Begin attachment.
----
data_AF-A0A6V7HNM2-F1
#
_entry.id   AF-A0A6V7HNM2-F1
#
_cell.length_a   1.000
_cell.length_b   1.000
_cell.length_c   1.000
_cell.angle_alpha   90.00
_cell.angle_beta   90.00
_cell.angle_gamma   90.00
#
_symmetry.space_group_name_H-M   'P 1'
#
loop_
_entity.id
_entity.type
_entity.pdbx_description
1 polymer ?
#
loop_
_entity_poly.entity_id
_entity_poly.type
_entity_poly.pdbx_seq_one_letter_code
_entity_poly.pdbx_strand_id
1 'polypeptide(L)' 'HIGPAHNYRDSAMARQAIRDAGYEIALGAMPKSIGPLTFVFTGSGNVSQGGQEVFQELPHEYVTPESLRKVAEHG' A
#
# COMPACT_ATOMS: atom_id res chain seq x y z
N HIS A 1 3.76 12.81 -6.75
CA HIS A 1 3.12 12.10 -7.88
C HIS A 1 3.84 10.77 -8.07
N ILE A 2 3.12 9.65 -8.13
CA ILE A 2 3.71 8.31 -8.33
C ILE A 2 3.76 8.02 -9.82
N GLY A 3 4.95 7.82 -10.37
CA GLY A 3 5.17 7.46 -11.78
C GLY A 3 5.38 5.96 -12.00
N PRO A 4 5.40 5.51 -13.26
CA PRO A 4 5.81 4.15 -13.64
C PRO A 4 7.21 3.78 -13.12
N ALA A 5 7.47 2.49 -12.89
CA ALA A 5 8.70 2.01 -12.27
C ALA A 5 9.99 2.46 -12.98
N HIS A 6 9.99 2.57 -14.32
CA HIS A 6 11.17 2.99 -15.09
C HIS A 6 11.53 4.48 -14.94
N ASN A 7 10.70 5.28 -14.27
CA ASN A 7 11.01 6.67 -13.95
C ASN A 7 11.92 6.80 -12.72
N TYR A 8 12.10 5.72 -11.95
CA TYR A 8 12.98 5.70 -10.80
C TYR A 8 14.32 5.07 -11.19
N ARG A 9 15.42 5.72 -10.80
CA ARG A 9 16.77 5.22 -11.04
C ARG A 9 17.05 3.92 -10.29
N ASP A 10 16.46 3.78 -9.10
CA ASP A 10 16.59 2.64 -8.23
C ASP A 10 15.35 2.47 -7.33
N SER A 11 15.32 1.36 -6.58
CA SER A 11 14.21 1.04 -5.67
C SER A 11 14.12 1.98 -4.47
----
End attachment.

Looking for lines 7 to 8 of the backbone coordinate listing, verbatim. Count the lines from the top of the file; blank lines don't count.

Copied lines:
_cell.length_c   1.000
_cell.angle_alpha   90.00